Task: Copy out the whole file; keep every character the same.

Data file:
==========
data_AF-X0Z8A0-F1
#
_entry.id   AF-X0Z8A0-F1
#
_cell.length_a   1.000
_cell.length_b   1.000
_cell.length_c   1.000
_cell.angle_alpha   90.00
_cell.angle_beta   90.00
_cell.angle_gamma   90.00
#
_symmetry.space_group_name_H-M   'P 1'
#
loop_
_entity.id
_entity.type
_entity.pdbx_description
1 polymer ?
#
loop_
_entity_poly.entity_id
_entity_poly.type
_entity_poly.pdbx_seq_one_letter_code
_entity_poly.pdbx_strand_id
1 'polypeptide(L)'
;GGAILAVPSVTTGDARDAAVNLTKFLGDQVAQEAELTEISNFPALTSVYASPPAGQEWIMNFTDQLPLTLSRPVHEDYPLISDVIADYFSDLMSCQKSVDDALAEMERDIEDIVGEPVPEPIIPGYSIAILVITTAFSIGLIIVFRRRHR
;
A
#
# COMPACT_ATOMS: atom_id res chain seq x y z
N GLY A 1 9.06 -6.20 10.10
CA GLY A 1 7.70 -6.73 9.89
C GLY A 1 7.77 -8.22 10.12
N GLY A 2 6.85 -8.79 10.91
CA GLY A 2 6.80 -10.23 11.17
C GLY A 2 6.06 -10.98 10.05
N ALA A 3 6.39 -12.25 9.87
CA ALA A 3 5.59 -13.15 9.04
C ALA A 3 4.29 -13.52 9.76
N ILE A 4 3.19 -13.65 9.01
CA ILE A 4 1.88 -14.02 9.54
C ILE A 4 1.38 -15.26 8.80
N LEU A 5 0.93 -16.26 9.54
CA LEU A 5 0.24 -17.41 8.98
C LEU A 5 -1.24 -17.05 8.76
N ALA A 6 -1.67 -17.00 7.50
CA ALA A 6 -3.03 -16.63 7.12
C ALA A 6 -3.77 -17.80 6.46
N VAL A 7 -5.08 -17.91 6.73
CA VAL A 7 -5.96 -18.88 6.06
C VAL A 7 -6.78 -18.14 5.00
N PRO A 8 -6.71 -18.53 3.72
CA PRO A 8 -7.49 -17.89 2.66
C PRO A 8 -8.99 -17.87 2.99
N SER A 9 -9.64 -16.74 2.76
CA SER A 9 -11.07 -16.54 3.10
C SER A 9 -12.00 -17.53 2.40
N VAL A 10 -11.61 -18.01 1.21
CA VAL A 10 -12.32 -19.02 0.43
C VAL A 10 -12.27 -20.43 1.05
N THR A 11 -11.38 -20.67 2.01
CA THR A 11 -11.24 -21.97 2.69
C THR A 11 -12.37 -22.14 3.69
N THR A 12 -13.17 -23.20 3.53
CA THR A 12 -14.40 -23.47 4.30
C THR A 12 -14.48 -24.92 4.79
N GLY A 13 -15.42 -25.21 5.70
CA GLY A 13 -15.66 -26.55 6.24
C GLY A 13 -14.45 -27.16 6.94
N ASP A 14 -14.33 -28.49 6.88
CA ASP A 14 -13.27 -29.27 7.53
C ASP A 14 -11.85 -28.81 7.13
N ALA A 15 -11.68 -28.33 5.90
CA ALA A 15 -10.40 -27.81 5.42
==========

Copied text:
data_AF-X0Z8A0-F1
#
_entry.id   AF-X0Z8A0-F1
#
_cell.length_a   1.000
_cell.length_b   1.000
_cell.length_c   1.000
_cell.angle_alpha   90.00
_cell.angle_beta   90.00
_cell.angle_gamma   90.00
#
_symmetry.space_group_name_H-M   'P 1'
#
loop_
_entity.id
_entity.type
_entity.pdbx_description
1 polymer ?
#
loop_
_entity_poly.entity_id
_entity_poly.type
_entity_poly.pdbx_seq_one_letter_code
_entity_poly.pdbx_strand_id
1 'polypeptide(L)'
;GGAILAVPSVTTGDARDAAVNLTKFLGDQVAQEAELTEISNFPALTSVYASPPAGQEWIMNFTDQLPLTLSRPVHEDYPLISDVIADYFSDLMSCQKSVDDALAEMERDIEDIVGEPVPEPIIPGYSIAILVITTAFSIGLIIVFRRRHR
;
A
#
# COMPACT_ATOMS: atom_id res chain seq x y z
N GLY A 1 9.06 -6.20 10.10
CA GLY A 1 7.70 -6.73 9.89
C GLY A 1 7.77 -8.22 10.12
N GLY A 2 6.85 -8.79 10.91
CA GLY A 2 6.80 -10.23 11.17
C GLY A 2 6.06 -10.98 10.05
N ALA A 3 6.39 -12.25 9.87
CA ALA A 3 5.59 -13.15 9.04
C ALA A 3 4.29 -13.52 9.76
N ILE A 4 3.19 -13.65 9.01
CA ILE A 4 1.88 -14.02 9.54
C ILE A 4 1.38 -15.26 8.80
N LEU A 5 0.93 -16.26 9.54
CA LEU A 5 0.24 -17.41 8.98
C LEU A 5 -1.24 -17.05 8.76
N ALA A 6 -1.67 -17.00 7.50
CA ALA A 6 -3.03 -16.63 7.12
C ALA A 6 -3.77 -17.80 6.46
N VAL A 7 -5.08 -17.91 6.73
CA VAL A 7 -5.96 -18.88 6.06
C VAL A 7 -6.78 -18.14 5.00
N PRO A 8 -6.71 -18.53 3.72
CA PRO A 8 -7.49 -17.89 2.66
C PRO A 8 -8.99 -17.87 2.99
N SER A 9 -9.64 -16.74 2.76
CA SER A 9 -11.07 -16.54 3.10
C SER A 9 -12.00 -17.53 2.40
N VAL A 10 -11.61 -18.01 1.21
CA VAL A 10 -12.32 -19.02 0.43
C VAL A 10 -12.27 -20.43 1.05
N THR A 11 -11.38 -20.67 2.01
CA THR A 11 -11.24 -21.97 2.69
C THR A 11 -12.37 -22.14 3.69
N THR A 12 -13.17 -23.20 3.53
CA THR A 12 -14.40 -23.47 4.30
C THR A 12 -14.48 -24.92 4.79
N GLY A 13 -15.42 -25.21 5.70
CA GLY A 13 -15.66 -26.55 6.24
C GLY A 13 -14.45 -27.16 6.94
N ASP A 14 -14.33 -28.49 6.88
CA ASP A 14 -13.27 -29.27 7.53
C ASP A 14 -11.85 -28.81 7.13
N ALA A 15 -11.68 -28.33 5.90
CA ALA A 15 -10.40 -27.81 5.42